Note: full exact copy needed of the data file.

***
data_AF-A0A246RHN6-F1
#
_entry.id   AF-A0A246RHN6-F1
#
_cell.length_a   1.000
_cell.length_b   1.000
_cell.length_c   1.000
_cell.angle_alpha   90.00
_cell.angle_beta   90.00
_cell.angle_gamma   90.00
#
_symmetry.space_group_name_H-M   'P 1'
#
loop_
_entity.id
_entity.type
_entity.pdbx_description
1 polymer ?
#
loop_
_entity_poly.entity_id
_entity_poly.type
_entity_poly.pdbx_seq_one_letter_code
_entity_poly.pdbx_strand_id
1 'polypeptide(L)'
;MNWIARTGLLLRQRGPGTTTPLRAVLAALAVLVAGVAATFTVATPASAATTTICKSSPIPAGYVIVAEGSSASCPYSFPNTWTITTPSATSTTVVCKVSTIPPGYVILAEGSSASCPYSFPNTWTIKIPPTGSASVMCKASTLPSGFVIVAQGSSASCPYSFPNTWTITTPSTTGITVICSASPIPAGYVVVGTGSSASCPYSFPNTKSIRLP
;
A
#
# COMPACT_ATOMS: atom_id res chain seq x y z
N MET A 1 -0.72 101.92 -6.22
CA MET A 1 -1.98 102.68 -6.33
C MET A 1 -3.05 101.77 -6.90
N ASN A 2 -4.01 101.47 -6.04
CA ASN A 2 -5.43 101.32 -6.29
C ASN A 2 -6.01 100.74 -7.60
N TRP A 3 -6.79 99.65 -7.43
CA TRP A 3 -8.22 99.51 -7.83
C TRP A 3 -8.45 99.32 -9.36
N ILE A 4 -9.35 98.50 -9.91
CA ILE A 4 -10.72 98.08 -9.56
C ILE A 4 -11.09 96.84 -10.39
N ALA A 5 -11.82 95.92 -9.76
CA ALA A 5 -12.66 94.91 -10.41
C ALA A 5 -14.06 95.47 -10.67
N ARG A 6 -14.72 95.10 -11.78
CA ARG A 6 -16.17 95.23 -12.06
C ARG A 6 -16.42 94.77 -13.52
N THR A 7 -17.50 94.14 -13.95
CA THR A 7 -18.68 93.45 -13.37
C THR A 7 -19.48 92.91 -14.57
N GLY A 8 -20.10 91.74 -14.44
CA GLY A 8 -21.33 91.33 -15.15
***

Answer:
data_AF-A0A246RHN6-F1
#
_entry.id   AF-A0A246RHN6-F1
#
_cell.length_a   1.000
_cell.length_b   1.000
_cell.length_c   1.000
_cell.angle_alpha   90.00
_cell.angle_beta   90.00
_cell.angle_gamma   90.00
#
_symmetry.space_group_name_H-M   'P 1'
#
loop_
_entity.id
_entity.type
_entity.pdbx_description
1 polymer ?
#
loop_
_entity_poly.entity_id
_entity_poly.type
_entity_poly.pdbx_seq_one_letter_code
_entity_poly.pdbx_strand_id
1 'polypeptide(L)'
;MNWIARTGLLLRQRGPGTTTPLRAVLAALAVLVAGVAATFTVATPASAATTTICKSSPIPAGYVIVAEGSSASCPYSFPNTWTITTPSATSTTVVCKVSTIPPGYVILAEGSSASCPYSFPNTWTIKIPPTGSASVMCKASTLPSGFVIVAQGSSASCPYSFPNTWTITTPSTTGITVICSASPIPAGYVVVGTGSSASCPYSFPNTKSIRLP
;
A
#
# COMPACT_ATOMS: atom_id res chain seq x y z
N MET A 1 -0.72 101.92 -6.22
CA MET A 1 -1.98 102.68 -6.33
C MET A 1 -3.05 101.77 -6.90
N ASN A 2 -4.01 101.47 -6.04
CA ASN A 2 -5.43 101.32 -6.29
C ASN A 2 -6.01 100.74 -7.60
N TRP A 3 -6.79 99.65 -7.43
CA TRP A 3 -8.22 99.51 -7.83
C TRP A 3 -8.45 99.32 -9.36
N ILE A 4 -9.35 98.50 -9.91
CA ILE A 4 -10.72 98.08 -9.56
C ILE A 4 -11.09 96.84 -10.39
N ALA A 5 -11.82 95.92 -9.76
CA ALA A 5 -12.66 94.91 -10.41
C ALA A 5 -14.06 95.47 -10.67
N ARG A 6 -14.72 95.10 -11.78
CA ARG A 6 -16.17 95.23 -12.06
C ARG A 6 -16.42 94.77 -13.52
N THR A 7 -17.50 94.14 -13.95
CA THR A 7 -18.68 93.45 -13.37
C THR A 7 -19.48 92.91 -14.57
N GLY A 8 -20.10 91.74 -14.44
CA GLY A 8 -21.33 91.33 -15.15